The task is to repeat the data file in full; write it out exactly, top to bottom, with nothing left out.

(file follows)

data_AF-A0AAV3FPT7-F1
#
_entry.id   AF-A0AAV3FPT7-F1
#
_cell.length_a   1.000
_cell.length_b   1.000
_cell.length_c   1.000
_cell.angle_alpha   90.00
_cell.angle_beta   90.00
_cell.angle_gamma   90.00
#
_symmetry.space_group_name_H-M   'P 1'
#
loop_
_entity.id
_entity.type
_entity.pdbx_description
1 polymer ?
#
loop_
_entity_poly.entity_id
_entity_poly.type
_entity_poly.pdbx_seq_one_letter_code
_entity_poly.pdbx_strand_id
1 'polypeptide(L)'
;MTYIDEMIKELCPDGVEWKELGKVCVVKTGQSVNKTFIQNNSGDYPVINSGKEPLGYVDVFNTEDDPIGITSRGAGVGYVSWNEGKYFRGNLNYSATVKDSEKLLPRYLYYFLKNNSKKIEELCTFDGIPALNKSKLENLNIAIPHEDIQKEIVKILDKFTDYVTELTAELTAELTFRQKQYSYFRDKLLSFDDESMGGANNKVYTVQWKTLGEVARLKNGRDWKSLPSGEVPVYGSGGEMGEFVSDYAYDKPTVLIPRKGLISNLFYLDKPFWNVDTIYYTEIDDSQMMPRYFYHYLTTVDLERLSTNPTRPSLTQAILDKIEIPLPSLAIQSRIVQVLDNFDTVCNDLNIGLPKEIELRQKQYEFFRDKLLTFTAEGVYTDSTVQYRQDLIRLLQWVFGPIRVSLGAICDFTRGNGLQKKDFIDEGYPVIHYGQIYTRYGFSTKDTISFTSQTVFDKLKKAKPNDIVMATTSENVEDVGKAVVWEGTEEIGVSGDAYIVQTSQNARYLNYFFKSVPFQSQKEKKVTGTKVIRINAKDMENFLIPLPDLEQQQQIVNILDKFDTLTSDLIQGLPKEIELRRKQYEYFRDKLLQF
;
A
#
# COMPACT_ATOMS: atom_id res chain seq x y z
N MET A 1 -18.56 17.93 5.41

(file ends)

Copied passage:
data_AF-A0AAV3FPT7-F1
#
_entry.id   AF-A0AAV3FPT7-F1
#
_cell.length_a   1.000
_cell.length_b   1.000
_cell.length_c   1.000
_cell.angle_alpha   90.00
_cell.angle_beta   90.00
_cell.angle_gamma   90.00
#
_symmetry.space_group_name_H-M   'P 1'
#
loop_
_entity.id
_entity.type
_entity.pdbx_description
1 polymer ?
#
loop_
_entity_poly.entity_id
_entity_poly.type
_entity_poly.pdbx_seq_one_letter_code
_entity_poly.pdbx_strand_id
1 'polypeptide(L)'
;MTYIDEMIKELCPDGVEWKELGKVCVVKTGQSVNKTFIQNNSGDYPVINSGKEPLGYVDVFNTEDDPIGITSRGAGVGYVSWNEGKYFRGNLNYSATVKDSEKLLPRYLYYFLKNNSKKIEELCTFDGIPALNKSKLENLNIAIPHEDIQKEIVKILDKFTDYVTELTAELTAELTFRQKQYSYFRDKLLSFDDESMGGANNKVYTVQWKTLGEVARLKNGRDWKSLPSGEVPVYGSGGEMGEFVSDYAYDKPTVLIPRKGLISNLFYLDKPFWNVDTIYYTEIDDSQMMPRYFYHYLTTVDLERLSTNPTRPSLTQAILDKIEIPLPSLAIQSRIVQVLDNFDTVCNDLNIGLPKEIELRQKQYEFFRDKLLTFTAEGVYTDSTVQYRQDLIRLLQWVFGPIRVSLGAICDFTRGNGLQKKDFIDEGYPVIHYGQIYTRYGFSTKDTISFTSQTVFDKLKKAKPNDIVMATTSENVEDVGKAVVWEGTEEIGVSGDAYIVQTSQNARYLNYFFKSVPFQSQKEKKVTGTKVIRINAKDMENFLIPLPDLEQQQQIVNILDKFDTLTSDLIQGLPKEIELRRKQYEYFRDKLLQF
;
A
#
# COMPACT_ATOMS: atom_id res chain seq x y z
N MET A 1 -18.56 17.93 5.41